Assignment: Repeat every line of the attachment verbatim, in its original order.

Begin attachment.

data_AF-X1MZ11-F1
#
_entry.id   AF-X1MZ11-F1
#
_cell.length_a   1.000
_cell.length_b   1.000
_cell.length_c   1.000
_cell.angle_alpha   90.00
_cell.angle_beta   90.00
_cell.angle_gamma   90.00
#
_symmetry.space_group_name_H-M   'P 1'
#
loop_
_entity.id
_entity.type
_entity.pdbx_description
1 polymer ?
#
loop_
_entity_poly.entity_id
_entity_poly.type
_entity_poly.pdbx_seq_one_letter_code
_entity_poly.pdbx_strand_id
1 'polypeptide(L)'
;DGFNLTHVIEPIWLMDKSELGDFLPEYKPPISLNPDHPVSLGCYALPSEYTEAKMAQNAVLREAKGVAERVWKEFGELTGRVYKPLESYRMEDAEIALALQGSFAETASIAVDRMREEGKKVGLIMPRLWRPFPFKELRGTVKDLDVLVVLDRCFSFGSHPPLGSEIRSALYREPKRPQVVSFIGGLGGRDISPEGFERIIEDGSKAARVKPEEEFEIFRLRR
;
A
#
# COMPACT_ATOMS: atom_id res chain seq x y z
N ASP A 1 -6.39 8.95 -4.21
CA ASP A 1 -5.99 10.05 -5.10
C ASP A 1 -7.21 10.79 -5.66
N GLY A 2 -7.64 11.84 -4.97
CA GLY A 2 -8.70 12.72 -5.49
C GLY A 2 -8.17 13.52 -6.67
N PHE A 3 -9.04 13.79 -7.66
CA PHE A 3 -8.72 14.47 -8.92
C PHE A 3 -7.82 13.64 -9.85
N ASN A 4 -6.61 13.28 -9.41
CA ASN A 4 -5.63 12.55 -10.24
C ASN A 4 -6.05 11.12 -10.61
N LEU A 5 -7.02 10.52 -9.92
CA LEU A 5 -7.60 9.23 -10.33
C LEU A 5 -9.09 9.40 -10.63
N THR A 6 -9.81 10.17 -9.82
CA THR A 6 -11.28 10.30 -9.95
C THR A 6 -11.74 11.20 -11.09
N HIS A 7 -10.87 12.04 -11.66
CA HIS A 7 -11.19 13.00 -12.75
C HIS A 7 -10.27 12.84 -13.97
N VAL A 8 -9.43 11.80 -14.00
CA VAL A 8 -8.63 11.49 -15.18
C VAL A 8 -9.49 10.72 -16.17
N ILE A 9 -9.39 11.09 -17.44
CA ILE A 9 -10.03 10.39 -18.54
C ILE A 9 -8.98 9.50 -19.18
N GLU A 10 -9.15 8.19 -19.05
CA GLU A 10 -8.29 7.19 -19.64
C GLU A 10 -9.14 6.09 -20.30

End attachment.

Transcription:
data_AF-X1MZ11-F1
#
_entry.id   AF-X1MZ11-F1
#
_cell.length_a   1.000
_cell.length_b   1.000
_cell.length_c   1.000
_cell.angle_alpha   90.00
_cell.angle_beta   90.00
_cell.angle_gamma   90.00
#
_symmetry.space_group_name_H-M   'P 1'
#
loop_
_entity.id
_entity.type
_entity.pdbx_description
1 polymer ?
#
loop_
_entity_poly.entity_id
_entity_poly.type
_entity_poly.pdbx_seq_one_letter_code
_entity_poly.pdbx_strand_id
1 'polypeptide(L)'
;DGFNLTHVIEPIWLMDKSELGDFLPEYKPPISLNPDHPVSLGCYALPSEYTEAKMAQNAVLREAKGVAERVWKEFGELTGRVYKPLESYRMEDAEIALALQGSFAETASIAVDRMREEGKKVGLIMPRLWRPFPFKELRGTVKDLDVLVVLDRCFSFGSHPPLGSEIRSALYREPKRPQVVSFIGGLGGRDISPEGFERIIEDGSKAARVKPEEEFEIFRLRR
;
A
#
# COMPACT_ATOMS: atom_id res chain seq x y z
N ASP A 1 -6.39 8.95 -4.21
CA ASP A 1 -5.99 10.05 -5.10
C ASP A 1 -7.21 10.79 -5.66
N GLY A 2 -7.64 11.84 -4.97
CA GLY A 2 -8.70 12.72 -5.49
C GLY A 2 -8.17 13.52 -6.67
N PHE A 3 -9.04 13.79 -7.66
CA PHE A 3 -8.72 14.47 -8.92
C PHE A 3 -7.82 13.64 -9.85
N ASN A 4 -6.61 13.28 -9.41
CA ASN A 4 -5.63 12.55 -10.24
C ASN A 4 -6.05 11.12 -10.61
N LEU A 5 -7.02 10.52 -9.92
CA LEU A 5 -7.60 9.23 -10.33
C LEU A 5 -9.09 9.40 -10.63
N THR A 6 -9.81 10.17 -9.82
CA THR A 6 -11.28 10.30 -9.95
C THR A 6 -11.74 11.20 -11.09
N HIS A 7 -10.87 12.04 -11.66
CA HIS A 7 -11.19 13.00 -12.75
C HIS A 7 -10.27 12.84 -13.97
N VAL A 8 -9.43 11.80 -14.00
CA VAL A 8 -8.63 11.49 -15.18
C VAL A 8 -9.49 10.72 -16.17
N ILE A 9 -9.39 11.09 -17.44
CA ILE A 9 -10.03 10.39 -18.54
C ILE A 9 -8.98 9.50 -19.18
N GLU A 10 -9.15 8.19 -19.05
CA GLU A 10 -8.29 7.19 -19.64
C GLU A 10 -9.14 6.09 -20.30